By Kent Covington
Nowhere on your shopping list was there mention of a little tin box of Altoids, a 20oz. Dr. Pepper, or a pack of AA batteries . . . so why did they wind up in your cart at the last second? Because someone did some great marketing!
Impulse buying is a wonderful source of revenue for businesses of every shape, size and color. Are you getting your fair share?
If one of your customers stops by between service calls on a muggy afternoon, would he be able to resist a cold bottle of Gatorade poking out of a steel tub of ice? And if he’s hungry, maybe he’ll grab a Snickers bar as you ring up the rest of his purchase. You make a couple extra bucks and you save your customer a stop at the 7-Eleven.
Of course, impulse purchases aren’t limited to junk food. If you ever shop at Auto Zone, you’ll notice an assortment of sugar-fueled goodies near the register, but you’ll also see hand cleaner, tire pressure gauges, and key-chain flashlights. These are common items that people who work on their own vehicle will likely need from time to time.
What are the most common items that your customers need on a regular basis? Start by answering this question:
You can never have too much (or too many) _____.
Determine what word(s) belong in that blank, and then think of a way you can get that product on or near your front counter. A carpet installer can never have too much tack-strip. An artist can never have too many brushes. Regardless of the industry, there’s always something – often, more than one “something” - you can never really have TOO much of.
You might find that something you are already selling would sell better if you place it at the counter. Why? Studies show that the longer your customer holds an item in his hand that he did not initially intend to buy, the more likely he is to think “aah, I don’t really need this right now”, and put it back on the shelf. The more time he has to think about it, the more likely he is to talk himself out of it… even if he really does need to buy it! But your customer will rarely change his mind about a last-second purchase.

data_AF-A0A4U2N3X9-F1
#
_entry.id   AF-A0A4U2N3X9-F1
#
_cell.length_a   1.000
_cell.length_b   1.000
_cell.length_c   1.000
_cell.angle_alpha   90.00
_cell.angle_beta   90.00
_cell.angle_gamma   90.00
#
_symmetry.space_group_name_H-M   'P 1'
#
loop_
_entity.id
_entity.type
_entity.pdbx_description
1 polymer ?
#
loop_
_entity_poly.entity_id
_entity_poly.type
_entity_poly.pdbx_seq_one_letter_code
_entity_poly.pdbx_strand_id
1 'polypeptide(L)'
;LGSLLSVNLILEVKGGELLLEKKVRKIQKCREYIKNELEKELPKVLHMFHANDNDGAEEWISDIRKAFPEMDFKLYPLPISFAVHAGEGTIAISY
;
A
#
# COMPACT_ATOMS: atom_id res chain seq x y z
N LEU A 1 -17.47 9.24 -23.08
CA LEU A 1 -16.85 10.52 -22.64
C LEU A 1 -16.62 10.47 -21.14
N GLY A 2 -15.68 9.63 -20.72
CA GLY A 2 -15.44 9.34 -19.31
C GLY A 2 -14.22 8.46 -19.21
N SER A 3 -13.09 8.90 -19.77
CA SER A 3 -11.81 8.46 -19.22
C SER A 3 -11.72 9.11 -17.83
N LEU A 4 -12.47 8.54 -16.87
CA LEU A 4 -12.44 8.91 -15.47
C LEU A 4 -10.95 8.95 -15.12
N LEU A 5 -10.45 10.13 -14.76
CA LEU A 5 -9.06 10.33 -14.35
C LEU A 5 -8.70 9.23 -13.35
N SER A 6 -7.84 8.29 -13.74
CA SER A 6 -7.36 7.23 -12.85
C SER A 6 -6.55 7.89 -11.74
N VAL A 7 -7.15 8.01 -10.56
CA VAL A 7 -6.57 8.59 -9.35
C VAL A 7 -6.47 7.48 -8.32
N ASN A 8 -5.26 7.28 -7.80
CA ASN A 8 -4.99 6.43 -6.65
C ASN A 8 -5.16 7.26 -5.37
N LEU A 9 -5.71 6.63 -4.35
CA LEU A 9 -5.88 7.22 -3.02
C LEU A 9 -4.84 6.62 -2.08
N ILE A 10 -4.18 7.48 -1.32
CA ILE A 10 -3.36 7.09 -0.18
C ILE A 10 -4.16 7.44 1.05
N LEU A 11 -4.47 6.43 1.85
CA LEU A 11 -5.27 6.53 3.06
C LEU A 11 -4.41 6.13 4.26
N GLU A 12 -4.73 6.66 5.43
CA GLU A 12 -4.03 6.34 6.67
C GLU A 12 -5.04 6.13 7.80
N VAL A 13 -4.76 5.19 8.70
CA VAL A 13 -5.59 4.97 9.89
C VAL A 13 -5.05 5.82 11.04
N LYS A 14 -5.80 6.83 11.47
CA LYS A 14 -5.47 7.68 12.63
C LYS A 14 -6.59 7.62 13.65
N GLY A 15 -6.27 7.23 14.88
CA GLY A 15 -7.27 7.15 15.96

The most important time to offer something to your customer is when his wallet is in his hand! Chances are, he’ll be thankful you took the time to think about what he needs and made it quickly and easily available. Best of all, he won’t wind up buying those items somewhere else!
Last-second purchase items are not limited to what you can fit on the counter. McDonalds has sold tons of extra potatoes by asking “Would you like fries with that?” Radio Shack has made millions simply by asking “Do you need batteries for this?” Is there a question you can ask that will increase your sales? That simple question could be the difference between pretty good numbers and a great year!
Now, I realize I probably haven’t told you anything you don’t already know. This is pretty basic, straight forward stuff. But the simple things are often the easiest to overlook. So don’t forget to help your customer think of something else he might need or want before he walks out the door. You’ll be doing him a service, and you’ll have a little more cash in the coffer at the end of the day!